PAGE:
Despite benefit progress, workplace discrimination against breastfeeding still prevalent
Kate Frederick had a nursing plan.
After discovering that her newborn son refused to bottle feed, the Department of Health and Human Services employee secured him a spot at a daycare center directly across from her office — along with a doctor’s note detailing why she would need to visit and breastfeed him daily.
“I totally assumed that since it was Health and Human Services that it wouldn’t be a problem to feed him at his daycare,” Frederick says in a new report on breastfeeding discrimination at work. “I didn’t anticipate any resistance.”
But the department took issue with the plan. Frederick’s employer refused to let her leave the premises or breastfeed her son in an onsite lactation room, which, they said, she could only use for pumping. Her only option was to nurse in a public area.
“It was infuriating. They’re called the Department of Health and Human Services. Their mission is to serve families,” she says. “It was hypocritical on so many levels. They didn’t seem to care about any of the health risks to me or my son.”
Frederick was eventually fired from her job, and her story is one of several detailed in the new report, out from the Pregnancy Accommodation Working Group, an initiative of the Center for WorkLife Law at the University of California, Hastings College of the Law. The report provides an analysis of legal cases within the last 10 years related to breastfeeding at work, as well as interviews with workers, like Frederick, who filed suit against their employers.
Frederick says she never received an explanation for why HHS wouldn’t let her nurse at work. The judge in her case eventually dismissed her claim, the report notes, saying that the Nursing Mothers Law, which provides accommodations for nursing employees, did not cover breastfeeding.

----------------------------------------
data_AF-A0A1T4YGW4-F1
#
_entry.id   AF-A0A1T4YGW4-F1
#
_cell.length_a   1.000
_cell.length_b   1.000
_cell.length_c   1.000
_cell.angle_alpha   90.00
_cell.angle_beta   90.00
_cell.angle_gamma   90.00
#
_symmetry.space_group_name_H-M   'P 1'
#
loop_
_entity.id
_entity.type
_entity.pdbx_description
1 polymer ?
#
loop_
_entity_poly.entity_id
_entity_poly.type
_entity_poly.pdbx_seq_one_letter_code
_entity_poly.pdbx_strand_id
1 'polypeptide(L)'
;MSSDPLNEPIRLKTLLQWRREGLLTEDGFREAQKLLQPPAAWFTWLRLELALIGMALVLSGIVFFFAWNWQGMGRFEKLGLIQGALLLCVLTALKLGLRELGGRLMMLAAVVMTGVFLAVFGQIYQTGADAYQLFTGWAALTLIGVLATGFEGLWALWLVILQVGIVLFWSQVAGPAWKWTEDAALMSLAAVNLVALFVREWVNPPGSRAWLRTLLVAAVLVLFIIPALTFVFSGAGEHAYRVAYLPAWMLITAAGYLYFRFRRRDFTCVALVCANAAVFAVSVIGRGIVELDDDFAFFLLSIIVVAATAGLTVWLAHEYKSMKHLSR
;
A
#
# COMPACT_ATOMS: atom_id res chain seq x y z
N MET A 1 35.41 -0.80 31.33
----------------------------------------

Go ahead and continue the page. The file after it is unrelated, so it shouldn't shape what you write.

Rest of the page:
Although there are federal and state laws protecting the right to breastfeed, the center says that about 27.6 million female workers of childbearing age do not have basic necessities for breastfeeding at work, including break time, space and other accommodations. Roughly two-thirds of the breastfeeding discrimination cases reviewed resulted in job loss, the center reports.
The stakes may be even higher for women working in male-dominated fields and low-wage hourly workers. More than half (64%) of the cases in the center’s database come from industries where there are more men than women, the study says. For women working in low-wage jobs, taking a break to pump could mean a loss of income. Such companies also may lack facilities for pumping and milk storage, the reports says.
While discrimination is still a problem, some companies have made strides in providing benefits to new moms. For example, breast milk shipping service Milk Stork announced last September that it had added more than 25 new companies to its roster; all now offer the service to workers. The list includes big names like Home Depot, Vox, Media, TripAdvisor and Pinterest.
Maven, a digital health startup, added a breast milk shipping program for employers who use its health platform. Maven introduced the service last September as a way for companies to help employees transport their breast milk when they are away from a newborn. Employers including Nissan and Noodles & Company also added breast milk shipping services last year.
“Workplace accommodations for breastfeeding significantly predict both breastfeeding outcomes and breastfeeding duration,” the report authors say. “Women who receive appropriate break time and private space for pumping breast milk are over twice as likely to be breastfeeding at six months, even after controlling for sociodemographic factors. Supportive work environments are critical.”